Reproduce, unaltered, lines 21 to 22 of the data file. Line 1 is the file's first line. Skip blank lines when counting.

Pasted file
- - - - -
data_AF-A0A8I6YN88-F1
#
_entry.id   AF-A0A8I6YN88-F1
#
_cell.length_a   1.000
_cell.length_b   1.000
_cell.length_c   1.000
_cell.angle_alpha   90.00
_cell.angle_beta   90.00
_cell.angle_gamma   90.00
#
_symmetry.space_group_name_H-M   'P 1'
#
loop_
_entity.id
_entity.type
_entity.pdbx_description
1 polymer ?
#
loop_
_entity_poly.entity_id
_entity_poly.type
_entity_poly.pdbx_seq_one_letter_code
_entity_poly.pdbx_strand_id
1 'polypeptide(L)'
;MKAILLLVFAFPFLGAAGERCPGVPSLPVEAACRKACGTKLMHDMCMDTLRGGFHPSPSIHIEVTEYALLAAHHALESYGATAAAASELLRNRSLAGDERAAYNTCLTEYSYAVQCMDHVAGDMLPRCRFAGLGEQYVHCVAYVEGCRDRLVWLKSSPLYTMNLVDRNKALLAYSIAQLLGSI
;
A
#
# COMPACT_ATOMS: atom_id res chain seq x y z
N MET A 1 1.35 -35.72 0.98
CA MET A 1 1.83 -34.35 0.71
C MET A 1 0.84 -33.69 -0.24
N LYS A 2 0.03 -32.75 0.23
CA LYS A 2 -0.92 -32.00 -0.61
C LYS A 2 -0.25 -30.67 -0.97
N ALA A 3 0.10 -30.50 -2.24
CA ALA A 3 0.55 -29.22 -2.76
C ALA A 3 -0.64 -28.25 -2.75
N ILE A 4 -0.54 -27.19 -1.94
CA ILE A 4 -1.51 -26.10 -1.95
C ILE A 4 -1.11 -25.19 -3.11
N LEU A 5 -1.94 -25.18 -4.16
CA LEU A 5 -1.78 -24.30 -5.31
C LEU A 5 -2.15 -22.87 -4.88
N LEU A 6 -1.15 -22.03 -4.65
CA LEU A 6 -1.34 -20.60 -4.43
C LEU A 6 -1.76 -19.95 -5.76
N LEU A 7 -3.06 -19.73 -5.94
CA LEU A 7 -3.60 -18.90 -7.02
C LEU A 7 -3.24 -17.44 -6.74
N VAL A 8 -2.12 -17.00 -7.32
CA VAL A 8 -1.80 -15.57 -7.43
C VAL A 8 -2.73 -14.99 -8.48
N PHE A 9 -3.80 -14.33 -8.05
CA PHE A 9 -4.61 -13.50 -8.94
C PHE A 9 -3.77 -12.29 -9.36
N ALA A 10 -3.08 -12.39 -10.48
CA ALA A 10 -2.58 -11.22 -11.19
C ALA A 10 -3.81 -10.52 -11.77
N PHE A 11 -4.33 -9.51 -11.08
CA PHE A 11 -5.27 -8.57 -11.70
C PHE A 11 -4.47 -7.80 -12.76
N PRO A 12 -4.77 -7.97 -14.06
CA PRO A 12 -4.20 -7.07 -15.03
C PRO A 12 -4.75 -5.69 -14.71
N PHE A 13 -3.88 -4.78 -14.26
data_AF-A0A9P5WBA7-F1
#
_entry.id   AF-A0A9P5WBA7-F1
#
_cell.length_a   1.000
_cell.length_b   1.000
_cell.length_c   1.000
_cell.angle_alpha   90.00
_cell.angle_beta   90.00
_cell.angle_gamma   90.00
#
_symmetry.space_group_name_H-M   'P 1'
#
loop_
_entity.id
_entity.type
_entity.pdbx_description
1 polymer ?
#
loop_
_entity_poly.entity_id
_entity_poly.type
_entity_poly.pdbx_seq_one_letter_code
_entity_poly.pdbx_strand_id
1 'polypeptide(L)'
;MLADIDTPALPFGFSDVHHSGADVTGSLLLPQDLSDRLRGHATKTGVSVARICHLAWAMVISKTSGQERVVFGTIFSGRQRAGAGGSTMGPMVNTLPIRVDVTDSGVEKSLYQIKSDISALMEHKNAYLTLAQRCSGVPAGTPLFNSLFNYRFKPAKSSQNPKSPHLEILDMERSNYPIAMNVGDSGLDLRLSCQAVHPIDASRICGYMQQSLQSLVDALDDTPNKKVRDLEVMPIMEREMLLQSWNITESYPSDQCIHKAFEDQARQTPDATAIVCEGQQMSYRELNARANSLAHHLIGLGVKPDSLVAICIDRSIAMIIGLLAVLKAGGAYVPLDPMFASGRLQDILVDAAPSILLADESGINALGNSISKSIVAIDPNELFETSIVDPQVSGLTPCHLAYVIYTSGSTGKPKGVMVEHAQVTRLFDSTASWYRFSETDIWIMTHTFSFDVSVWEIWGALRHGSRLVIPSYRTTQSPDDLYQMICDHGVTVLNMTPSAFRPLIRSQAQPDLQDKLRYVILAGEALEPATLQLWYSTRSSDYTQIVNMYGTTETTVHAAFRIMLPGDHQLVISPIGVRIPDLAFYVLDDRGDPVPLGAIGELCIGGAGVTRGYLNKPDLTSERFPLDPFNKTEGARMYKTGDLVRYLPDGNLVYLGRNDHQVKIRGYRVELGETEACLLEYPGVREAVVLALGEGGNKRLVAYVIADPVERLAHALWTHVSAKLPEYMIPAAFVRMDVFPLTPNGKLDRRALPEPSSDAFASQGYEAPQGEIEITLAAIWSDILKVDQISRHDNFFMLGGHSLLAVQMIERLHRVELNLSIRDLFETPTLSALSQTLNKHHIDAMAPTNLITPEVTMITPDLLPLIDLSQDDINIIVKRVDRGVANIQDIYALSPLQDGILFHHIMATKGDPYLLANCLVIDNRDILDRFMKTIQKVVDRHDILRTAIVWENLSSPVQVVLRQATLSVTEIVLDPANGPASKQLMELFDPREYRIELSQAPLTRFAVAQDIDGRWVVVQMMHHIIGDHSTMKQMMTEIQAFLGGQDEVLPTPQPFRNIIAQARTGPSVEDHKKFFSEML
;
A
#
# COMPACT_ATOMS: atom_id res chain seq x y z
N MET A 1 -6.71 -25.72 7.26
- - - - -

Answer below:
_entity_poly.entity_id
_entity_poly.type